Despite the fact that death from coronary heart disease and other cardiovascular diseases has been decreasing in many Western countries over the past few decades, these diseases are still the most common causes of death in the world.
With 54.9 million deaths occurring worldwide in 2013, 17.3 million (31%) were due to cardiovascular diseases. Of particular concern is the fact that in many developing countries and countries in transition the cardiovascular mortality is actually increasing. Coronary heart disease is the most common cardiovascular disease in Western countries.
Following a heart attack or prolonged exposure to high blood pressure the muscle of the heart adapts. In the short term some of these adaptations prove advantageous however over the long term these changes contribute to the progression of heart failure.
The heart 'muscle' is not homogeneous, it is made up of different cell types. One third are the actual muscle cells (the contractile cardiac myocytes) whilst the majority are non-muscle cells (fibroblasts, endothelial cells, smooth muscle cells, neuronal cells, stem cells, pericytes, inflammatory cells etc). The heart’s response to injury and the effectiveness of the repair process involves complex interactions between these many cell types and their surrounding environment.
Plan of work
We plan to examine the complex interaction occurring in the heart 'muscle' between these very different cell types and how their interaction can be modified to bring about improvements in the way the heart remodels following an adverse cardiac event.
To be able to dissect this complex web of interactions between different cell types and the mechanisms driving cardiac remodelling through its various stages, firstly advantageous culminating to be detrimental, it will be necessary to use transgenic mouse lines. In these transgenic animals, by selectively altering the expression of various genes and proteins involved in this remodelling process in specific cell types within the heart, we will be able to selectively disrupt the remodelling process. Improving our understanding of the underlying elements of the cardiac remodelling process and how the various cell types interact with one another and their environment will be beneficial to identify new potential therapeutic targets for future drug development.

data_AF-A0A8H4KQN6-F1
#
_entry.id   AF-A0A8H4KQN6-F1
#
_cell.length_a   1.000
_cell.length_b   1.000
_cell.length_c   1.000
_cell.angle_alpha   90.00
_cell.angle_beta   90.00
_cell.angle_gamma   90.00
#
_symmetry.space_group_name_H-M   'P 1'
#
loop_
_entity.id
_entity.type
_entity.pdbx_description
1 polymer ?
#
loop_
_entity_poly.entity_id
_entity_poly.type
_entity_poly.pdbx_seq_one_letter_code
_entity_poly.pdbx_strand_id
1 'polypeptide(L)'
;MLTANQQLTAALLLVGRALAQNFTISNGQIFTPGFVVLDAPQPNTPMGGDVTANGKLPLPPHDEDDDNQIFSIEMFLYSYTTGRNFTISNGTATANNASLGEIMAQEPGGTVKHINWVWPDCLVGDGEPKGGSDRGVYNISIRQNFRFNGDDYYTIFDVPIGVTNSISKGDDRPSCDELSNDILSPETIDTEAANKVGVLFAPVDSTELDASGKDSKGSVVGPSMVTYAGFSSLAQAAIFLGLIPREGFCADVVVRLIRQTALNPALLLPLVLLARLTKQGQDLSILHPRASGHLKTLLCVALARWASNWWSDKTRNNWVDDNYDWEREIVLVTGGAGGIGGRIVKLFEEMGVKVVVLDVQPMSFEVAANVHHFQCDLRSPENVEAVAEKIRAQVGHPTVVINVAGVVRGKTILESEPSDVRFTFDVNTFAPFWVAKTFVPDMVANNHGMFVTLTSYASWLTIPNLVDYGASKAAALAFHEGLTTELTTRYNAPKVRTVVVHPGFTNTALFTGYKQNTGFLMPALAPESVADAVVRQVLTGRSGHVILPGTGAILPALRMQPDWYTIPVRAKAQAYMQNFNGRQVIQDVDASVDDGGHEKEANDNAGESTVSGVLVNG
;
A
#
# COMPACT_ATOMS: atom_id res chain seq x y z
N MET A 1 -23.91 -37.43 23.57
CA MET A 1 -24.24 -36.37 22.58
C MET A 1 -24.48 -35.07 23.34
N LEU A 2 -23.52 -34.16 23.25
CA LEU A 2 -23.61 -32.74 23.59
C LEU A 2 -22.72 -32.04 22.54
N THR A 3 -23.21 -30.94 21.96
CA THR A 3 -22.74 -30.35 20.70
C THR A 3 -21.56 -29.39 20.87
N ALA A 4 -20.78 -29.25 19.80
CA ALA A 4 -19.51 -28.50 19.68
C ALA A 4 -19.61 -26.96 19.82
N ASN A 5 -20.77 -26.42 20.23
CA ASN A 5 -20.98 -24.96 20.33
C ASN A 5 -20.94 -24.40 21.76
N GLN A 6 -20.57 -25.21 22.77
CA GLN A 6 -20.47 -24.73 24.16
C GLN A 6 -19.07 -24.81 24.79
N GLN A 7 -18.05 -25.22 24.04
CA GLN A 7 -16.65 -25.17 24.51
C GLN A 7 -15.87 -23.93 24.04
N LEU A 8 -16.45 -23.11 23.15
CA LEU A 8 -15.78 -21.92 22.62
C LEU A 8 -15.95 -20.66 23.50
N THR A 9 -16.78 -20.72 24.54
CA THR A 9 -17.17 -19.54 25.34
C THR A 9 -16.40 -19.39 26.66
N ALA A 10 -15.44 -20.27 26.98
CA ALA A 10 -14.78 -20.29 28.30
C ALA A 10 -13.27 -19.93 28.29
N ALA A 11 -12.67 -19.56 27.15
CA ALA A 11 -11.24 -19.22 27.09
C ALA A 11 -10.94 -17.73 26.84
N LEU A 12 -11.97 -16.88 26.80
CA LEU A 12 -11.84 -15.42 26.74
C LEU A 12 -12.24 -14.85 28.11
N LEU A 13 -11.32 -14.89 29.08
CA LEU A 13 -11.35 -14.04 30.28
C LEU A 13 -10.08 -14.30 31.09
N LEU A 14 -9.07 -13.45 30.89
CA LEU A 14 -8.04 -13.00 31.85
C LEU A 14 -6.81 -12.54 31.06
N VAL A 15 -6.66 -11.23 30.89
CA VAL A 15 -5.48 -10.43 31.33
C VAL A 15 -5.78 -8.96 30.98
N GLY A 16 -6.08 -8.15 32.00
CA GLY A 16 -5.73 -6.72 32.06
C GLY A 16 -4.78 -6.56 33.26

The use of animals will only occur following careful consideration of the 3Rs. Our research strategy has been developed as far as possible using in vitro cell culture. However such simple models of cardiac cells cannot recreate the complex environment that exists in the heart in which multiple cell types communicate with one another in an organised, synchronised and dynamic environment under the influence of external factors including mechanical stress, the autonomic nervous system and various hormones.
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